Why Are Japanese Teenagers So Obsessed With Swastikas? by the Forward

Why Are Japanese Teenagers So Obsessed With Swastikas?

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Japanese schoolgirls are known for moving quickly through zany and playful trends. But this latest one might need some explaining for Westerners.

The swastika symbol — called a “manji” in Japanese (卍) — has meant good health and fortune in Buddhism for millennia. Now, it’s taken on new meanings — and become ubiquitous on Japanese social media, Kotaku reported.

A teen taking a selfie might say “Manji!” the way Americans say “Cheese!” A manji can also mean “high class” or used as an emoji to symbolize running. It can even mean “Yay!” when paired with an exclamation point. The manji was the number one buzzword used by Japanese schoolgirls in 2016.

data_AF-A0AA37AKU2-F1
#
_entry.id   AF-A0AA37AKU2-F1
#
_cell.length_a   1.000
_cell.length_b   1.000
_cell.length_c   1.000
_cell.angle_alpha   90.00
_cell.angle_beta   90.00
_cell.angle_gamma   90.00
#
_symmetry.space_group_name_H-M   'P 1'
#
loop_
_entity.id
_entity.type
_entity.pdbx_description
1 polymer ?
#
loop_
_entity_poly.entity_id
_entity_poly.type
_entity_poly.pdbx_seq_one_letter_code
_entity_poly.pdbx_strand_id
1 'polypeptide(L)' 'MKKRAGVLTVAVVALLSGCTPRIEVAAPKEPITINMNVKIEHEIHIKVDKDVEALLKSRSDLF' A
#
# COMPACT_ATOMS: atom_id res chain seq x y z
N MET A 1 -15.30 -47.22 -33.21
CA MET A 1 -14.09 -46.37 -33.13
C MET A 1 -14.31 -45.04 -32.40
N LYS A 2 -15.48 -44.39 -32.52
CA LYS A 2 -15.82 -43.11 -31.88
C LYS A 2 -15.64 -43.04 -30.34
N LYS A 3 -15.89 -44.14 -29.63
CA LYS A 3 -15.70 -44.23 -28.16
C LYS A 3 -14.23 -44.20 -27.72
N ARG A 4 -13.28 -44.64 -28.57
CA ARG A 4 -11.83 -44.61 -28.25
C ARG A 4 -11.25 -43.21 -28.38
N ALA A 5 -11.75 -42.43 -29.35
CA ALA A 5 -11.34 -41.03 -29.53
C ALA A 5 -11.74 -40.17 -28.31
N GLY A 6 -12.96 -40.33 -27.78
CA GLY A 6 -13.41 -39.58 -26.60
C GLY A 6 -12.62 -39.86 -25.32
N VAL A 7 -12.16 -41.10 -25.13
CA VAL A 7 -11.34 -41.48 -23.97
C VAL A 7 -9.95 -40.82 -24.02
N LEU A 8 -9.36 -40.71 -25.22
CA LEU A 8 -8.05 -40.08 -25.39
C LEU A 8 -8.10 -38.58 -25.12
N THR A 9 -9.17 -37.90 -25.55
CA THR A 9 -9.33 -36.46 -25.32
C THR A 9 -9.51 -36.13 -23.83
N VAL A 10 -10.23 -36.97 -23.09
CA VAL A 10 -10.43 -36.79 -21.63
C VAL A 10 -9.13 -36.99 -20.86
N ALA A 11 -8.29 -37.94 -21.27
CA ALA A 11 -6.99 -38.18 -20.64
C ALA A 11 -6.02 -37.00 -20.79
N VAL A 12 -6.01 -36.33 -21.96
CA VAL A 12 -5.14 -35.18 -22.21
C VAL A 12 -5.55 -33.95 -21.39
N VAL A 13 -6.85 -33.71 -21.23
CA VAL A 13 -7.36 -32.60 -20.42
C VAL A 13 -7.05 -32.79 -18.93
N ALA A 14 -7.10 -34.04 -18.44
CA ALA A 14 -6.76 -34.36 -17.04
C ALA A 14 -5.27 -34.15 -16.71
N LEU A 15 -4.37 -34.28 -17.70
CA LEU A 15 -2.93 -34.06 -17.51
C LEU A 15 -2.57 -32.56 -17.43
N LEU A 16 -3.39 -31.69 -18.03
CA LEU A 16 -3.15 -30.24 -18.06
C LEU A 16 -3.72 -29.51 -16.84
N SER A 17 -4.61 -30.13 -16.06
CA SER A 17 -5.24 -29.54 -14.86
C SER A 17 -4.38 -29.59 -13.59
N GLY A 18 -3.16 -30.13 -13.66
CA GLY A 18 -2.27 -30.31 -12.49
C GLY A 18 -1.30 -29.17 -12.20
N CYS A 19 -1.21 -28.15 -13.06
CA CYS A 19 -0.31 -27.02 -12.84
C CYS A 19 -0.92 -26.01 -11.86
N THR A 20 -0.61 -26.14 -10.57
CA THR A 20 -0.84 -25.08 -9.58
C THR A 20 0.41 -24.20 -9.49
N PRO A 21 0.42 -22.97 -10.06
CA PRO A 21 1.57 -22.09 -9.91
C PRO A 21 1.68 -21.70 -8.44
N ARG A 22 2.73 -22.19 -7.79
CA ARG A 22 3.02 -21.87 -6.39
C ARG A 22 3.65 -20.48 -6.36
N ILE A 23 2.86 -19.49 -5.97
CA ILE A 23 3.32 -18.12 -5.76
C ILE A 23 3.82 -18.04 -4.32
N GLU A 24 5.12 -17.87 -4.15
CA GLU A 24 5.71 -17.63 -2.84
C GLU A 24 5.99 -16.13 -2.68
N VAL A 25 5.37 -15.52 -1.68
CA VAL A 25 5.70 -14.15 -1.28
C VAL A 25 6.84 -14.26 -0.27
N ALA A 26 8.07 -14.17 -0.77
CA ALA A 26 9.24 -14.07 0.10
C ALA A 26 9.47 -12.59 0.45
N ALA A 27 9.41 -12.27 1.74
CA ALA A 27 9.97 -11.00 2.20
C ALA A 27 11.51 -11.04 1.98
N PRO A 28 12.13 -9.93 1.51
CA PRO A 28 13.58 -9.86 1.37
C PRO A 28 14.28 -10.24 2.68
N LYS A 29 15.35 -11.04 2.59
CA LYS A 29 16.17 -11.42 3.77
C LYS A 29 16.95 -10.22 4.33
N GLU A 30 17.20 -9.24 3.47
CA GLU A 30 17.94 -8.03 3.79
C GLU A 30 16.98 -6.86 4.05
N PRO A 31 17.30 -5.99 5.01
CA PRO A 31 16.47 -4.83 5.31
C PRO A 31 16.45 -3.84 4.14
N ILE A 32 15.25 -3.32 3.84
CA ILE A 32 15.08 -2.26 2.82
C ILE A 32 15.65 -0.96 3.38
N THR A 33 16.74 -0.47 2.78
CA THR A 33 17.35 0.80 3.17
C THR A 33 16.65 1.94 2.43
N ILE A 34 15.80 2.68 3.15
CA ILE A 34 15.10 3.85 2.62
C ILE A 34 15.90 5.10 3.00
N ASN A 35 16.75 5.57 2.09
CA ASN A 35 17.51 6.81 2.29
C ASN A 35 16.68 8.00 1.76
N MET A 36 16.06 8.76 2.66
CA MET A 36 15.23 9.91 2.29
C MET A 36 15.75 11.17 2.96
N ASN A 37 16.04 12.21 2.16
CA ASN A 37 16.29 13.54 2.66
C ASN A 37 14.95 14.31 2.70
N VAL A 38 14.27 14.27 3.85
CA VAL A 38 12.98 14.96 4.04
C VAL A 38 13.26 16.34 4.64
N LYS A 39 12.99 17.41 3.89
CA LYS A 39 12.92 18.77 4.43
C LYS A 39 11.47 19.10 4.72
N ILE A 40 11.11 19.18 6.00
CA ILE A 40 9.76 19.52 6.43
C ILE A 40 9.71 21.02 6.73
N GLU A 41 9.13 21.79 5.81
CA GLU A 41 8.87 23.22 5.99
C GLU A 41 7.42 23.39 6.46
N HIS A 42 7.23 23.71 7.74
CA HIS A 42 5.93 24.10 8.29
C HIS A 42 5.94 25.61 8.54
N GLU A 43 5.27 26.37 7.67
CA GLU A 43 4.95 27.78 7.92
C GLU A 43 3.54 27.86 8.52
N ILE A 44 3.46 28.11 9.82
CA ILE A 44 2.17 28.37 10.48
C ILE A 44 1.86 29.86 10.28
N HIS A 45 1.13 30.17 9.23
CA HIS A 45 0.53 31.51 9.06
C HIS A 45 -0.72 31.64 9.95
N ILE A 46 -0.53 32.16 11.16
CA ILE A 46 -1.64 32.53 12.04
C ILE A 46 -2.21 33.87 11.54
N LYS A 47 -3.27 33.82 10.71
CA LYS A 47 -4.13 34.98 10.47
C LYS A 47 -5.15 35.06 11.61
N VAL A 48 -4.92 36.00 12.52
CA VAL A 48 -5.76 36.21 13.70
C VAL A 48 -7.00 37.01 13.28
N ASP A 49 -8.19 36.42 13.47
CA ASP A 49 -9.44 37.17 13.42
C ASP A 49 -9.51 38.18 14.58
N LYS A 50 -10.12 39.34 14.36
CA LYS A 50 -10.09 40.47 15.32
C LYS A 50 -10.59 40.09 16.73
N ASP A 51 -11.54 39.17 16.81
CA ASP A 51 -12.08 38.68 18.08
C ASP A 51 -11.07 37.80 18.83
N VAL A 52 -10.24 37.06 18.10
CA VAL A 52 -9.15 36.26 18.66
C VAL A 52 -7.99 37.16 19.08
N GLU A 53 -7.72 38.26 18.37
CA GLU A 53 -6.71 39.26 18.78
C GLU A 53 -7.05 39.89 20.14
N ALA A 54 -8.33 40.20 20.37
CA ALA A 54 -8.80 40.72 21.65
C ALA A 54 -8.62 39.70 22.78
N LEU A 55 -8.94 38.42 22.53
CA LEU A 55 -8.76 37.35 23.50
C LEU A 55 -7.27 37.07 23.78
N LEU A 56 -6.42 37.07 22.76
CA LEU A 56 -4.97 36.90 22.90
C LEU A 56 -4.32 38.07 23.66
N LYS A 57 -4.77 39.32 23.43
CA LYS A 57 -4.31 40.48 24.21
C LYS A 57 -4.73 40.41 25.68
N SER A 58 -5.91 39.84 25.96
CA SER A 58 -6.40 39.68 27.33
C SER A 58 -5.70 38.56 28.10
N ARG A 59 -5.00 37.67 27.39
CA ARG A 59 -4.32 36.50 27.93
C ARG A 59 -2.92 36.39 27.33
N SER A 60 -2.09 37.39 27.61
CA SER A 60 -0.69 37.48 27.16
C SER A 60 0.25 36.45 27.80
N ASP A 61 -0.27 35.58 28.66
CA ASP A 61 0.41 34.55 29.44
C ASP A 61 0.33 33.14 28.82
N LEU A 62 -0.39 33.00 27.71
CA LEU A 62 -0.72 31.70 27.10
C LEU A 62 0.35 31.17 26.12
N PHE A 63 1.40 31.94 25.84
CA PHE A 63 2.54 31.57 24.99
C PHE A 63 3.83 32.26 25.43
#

Japanese do have a different name for the Nazi swastika — they call it the haakenkuroitsu, from the German word hakenkreutz. While the German swastika faces left, Buddhist swastikas sometimes face right.

There have been calls in Japan to remove swastikas from regional maps denoting the location of Buddhist temples, so as not to confuse Western tourists. But the Japanese association of the manji character with Buddhism is so strong, that a WWII-themed video game replaced all instances of a swastika with an iron cross in its Japanese version so as not to confuse Japanese players.

Contact Ari Feldman at feldman@forward.com or on Twitter @aefeldman

Authors

Ari Feldman

Ari Feldman

Ari Feldman is a staff writer at the Forward. He covers Jewish religious organizations, synagogue life, anti-Semitism and the Orthodox world. If you have any tips, you can email him at feldman@forward.com. Follow him on Twitter @aefeldman.

Swastikas In Japan Are For Teenage Girls And Facebook

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